It's class with sass at the latest collection of Fiona Heaney's Fee G label
They say imitation is the highest form of flattery. It can also be like a dog nipping at the heels, according to Fiona Heaney, designer of Fee G, who uses it as an impetus to keep evolving.
"I myself, as a designer, have to keep the newness, otherwise there is no interest for me," Fiona says. "My main goal with spring 2016 was to bring newness to the collection with the fabrics, and to move away from the predictability of textured fabrics, like jacquards. So many people are doing them now. I want to move on. This season, we are using a lot of crepe, viscose mixes, jersey, silk and fine guipure lace. I have been working with mainly Italian mills, so the collection is quite Italian-inspired."
The Italian influence is clearly there; when I first saw the collection, it reminded me of that iconic photograph by Ruth Orkin, American Girl In Italy, taken in 1951. Apart from its 50s silhouette, Fee G has the free-spirited air of Ninalee Craig, the woman in that shot, walking through the streets of Italy and feeling the admiration of all the men.
The collection also reminds me of Grace Kelly, in the 1955 classic To Catch A Thief, dressed in the blush colours that Edith Head devised for her. Like Kelly's clothes in that film, there is a subtle sexiness about Fee G this spring.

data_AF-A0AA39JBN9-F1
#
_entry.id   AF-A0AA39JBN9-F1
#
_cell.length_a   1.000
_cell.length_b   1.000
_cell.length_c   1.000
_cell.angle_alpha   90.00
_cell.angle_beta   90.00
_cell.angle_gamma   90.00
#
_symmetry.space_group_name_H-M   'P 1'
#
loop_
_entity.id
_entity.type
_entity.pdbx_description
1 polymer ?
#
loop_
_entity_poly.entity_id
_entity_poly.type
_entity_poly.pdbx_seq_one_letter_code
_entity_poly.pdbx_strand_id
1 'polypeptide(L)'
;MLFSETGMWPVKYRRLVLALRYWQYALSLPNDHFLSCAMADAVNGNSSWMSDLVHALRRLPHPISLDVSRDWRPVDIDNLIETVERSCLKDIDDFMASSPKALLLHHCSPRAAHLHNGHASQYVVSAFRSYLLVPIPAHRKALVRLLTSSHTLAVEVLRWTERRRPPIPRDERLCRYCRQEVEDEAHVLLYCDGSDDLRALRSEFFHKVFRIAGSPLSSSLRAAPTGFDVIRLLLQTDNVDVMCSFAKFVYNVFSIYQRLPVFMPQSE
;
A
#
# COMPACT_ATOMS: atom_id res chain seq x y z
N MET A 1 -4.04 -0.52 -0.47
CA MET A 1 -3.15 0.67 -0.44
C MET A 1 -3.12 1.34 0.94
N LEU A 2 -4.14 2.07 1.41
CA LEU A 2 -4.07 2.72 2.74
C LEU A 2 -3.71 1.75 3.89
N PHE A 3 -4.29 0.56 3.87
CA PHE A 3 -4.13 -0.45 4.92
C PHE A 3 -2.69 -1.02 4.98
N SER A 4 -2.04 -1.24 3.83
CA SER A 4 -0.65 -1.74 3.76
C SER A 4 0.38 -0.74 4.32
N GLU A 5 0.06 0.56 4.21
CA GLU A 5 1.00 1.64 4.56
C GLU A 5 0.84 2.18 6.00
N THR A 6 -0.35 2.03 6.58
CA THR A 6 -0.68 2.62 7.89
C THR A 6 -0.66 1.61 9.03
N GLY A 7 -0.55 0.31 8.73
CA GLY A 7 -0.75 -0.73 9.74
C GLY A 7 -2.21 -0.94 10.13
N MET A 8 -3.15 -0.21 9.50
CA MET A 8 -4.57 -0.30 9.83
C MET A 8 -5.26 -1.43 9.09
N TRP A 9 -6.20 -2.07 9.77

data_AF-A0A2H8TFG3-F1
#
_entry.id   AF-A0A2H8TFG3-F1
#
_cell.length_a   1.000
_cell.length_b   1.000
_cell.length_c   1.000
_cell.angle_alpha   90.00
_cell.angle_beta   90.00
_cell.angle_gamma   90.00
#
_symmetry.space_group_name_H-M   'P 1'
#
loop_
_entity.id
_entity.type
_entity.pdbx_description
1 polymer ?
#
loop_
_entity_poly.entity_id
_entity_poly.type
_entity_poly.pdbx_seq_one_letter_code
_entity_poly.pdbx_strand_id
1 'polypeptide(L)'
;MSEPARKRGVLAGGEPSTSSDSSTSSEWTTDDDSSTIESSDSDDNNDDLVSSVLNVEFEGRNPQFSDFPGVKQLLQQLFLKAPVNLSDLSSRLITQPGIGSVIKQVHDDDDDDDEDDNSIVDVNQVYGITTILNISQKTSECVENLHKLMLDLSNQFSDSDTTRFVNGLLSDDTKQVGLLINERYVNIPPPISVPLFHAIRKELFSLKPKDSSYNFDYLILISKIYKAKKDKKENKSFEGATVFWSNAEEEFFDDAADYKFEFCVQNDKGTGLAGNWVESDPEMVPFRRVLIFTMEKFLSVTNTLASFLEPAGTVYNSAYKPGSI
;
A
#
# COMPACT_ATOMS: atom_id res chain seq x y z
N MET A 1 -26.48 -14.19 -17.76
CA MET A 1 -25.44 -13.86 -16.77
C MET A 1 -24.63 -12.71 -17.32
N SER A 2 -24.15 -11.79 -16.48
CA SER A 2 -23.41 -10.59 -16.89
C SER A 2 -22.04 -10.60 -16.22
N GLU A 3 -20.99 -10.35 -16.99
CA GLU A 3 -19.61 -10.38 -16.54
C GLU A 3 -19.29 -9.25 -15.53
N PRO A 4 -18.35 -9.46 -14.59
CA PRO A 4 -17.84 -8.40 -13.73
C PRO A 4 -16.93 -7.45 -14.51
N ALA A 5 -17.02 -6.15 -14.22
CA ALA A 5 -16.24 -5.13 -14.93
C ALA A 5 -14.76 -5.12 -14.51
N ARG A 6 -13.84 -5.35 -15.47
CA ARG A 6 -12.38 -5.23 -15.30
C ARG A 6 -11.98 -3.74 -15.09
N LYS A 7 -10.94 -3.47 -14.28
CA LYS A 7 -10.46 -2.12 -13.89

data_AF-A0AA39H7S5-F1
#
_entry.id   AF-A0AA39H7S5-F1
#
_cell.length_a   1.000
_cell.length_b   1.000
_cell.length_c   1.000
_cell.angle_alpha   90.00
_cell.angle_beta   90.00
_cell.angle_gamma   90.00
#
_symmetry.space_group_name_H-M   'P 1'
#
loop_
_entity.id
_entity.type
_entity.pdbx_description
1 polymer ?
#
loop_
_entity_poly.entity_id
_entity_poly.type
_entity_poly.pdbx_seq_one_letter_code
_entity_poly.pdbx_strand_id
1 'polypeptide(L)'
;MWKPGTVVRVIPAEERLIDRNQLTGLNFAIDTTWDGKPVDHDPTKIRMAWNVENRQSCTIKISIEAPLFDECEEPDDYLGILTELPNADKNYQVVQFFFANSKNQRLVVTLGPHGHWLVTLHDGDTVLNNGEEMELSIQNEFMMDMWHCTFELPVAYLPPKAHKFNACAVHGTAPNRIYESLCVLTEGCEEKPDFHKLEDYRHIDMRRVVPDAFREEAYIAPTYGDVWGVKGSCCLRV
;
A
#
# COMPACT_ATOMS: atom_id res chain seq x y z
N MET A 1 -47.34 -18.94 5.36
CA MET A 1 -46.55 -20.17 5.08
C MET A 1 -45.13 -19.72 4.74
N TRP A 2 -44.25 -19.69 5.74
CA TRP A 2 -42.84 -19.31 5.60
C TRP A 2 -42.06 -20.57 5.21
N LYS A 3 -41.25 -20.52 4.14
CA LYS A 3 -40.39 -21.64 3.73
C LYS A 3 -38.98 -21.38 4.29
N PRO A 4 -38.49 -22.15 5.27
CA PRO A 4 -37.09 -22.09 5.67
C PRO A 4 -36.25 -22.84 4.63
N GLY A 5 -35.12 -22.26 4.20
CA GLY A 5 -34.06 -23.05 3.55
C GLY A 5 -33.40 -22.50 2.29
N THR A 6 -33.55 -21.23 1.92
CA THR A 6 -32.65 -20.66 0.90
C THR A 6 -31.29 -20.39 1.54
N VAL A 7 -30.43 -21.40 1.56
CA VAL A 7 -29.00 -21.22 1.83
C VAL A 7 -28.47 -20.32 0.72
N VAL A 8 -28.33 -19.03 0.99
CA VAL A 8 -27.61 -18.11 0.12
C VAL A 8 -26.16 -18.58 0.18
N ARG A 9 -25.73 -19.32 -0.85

"The collection has a feel that is younger and sexy, while still being very feminine and versatile," Fiona says. "I think there is a lovely freshness and newness about it. There is a lot of fluidity, say in the three-tone dress and the wide-leg trousers. There are fewer prints this season, but not less colour. We loved stripes, so they are a key theme throughout the collection."
Though Fee G is known for dresses, its separates are strong. This season features a very dramatic pair of wide-leg trousers, luxurious full skirts and pencil skirts, as well as lovely, coordinating boat-neck tops with bracelet sleeves and vest styles to be teamed with them.
"I designed full shapes in skirts - some with tiered hems, others with clever pleating - so that you get the fuller skirt without feeling frumpy," Fiona explains. "I think the tops we made for them make the look younger and sexier as well."
This is perhaps my favourite collection of Fee G's so far. I love the clean lines and fresh colours, the classiness of its femininity and its touch of sass.
I also love that not only do most of Fee G's clothes have pockets in them, but also they are hand-wash cool, which is a fortune saved on dry-cleaning bills.
"The term 'occasion wear' can be scary, in a sense. People can think 'fussy'," Fiona tells me.
"I design what I do because I have a need to wear something. We all have family gatherings, or with friends. You want to buy something new for it, and look good. Fee G is occasion wear without formality."
Photography by Eilish McCormick
Fashion edited by Constance Harris
Sunday Indo Life Magazine